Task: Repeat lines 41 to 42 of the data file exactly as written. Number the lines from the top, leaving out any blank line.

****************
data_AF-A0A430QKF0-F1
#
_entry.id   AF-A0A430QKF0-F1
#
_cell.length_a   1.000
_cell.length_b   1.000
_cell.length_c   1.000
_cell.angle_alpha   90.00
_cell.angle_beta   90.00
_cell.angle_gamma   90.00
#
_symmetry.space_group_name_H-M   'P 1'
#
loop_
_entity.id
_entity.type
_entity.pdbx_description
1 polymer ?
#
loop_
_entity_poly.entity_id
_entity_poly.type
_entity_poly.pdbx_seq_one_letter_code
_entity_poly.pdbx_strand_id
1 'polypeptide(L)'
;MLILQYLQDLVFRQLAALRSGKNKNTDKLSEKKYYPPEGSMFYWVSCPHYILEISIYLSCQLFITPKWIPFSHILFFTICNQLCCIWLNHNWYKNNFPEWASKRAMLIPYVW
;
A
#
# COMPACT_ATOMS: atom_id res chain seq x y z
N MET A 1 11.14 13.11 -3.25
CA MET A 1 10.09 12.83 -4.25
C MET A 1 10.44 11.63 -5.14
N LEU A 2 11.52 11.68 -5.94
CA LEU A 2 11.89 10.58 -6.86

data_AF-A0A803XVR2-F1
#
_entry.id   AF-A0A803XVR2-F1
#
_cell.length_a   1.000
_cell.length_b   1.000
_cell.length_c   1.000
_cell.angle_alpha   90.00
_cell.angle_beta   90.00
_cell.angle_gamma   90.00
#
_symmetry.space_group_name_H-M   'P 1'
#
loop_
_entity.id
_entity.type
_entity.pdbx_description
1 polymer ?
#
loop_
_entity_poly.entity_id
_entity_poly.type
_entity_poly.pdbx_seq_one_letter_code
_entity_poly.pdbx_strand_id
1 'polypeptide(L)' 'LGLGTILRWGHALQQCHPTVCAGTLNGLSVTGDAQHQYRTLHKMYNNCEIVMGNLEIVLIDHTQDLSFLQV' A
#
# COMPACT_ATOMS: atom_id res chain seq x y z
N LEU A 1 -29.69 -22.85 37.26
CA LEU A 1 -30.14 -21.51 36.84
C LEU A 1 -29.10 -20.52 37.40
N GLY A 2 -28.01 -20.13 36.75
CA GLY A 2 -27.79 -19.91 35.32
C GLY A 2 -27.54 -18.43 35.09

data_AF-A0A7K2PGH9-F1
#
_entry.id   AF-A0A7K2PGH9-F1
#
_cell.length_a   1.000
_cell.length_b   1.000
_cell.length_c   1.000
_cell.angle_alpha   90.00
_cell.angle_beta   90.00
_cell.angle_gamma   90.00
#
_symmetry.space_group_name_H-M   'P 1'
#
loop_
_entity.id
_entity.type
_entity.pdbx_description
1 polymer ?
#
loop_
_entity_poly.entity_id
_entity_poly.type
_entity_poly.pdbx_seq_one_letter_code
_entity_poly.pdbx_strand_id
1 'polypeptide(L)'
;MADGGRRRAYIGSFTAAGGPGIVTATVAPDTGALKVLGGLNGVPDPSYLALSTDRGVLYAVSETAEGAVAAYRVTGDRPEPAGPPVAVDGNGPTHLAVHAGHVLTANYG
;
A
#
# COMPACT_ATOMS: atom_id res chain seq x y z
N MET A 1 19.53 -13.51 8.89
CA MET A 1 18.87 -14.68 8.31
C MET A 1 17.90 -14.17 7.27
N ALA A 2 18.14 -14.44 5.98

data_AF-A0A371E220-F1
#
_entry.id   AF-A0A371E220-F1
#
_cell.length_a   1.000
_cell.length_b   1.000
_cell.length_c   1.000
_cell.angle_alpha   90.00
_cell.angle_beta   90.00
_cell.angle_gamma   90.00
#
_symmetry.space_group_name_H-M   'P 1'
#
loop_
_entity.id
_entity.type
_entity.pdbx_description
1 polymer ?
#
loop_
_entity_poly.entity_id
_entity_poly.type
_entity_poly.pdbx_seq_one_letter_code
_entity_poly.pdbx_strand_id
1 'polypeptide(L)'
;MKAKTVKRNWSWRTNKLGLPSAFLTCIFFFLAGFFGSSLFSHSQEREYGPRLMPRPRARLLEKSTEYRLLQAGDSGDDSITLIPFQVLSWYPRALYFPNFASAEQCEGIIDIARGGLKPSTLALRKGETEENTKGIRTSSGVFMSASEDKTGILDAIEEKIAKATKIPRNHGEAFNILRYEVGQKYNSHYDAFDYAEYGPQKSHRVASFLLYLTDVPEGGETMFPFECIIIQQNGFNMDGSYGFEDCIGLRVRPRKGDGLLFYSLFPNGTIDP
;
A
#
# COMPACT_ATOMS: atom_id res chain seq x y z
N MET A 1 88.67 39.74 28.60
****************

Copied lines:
_cell.length_b   1.000
_cell.length_c   1.000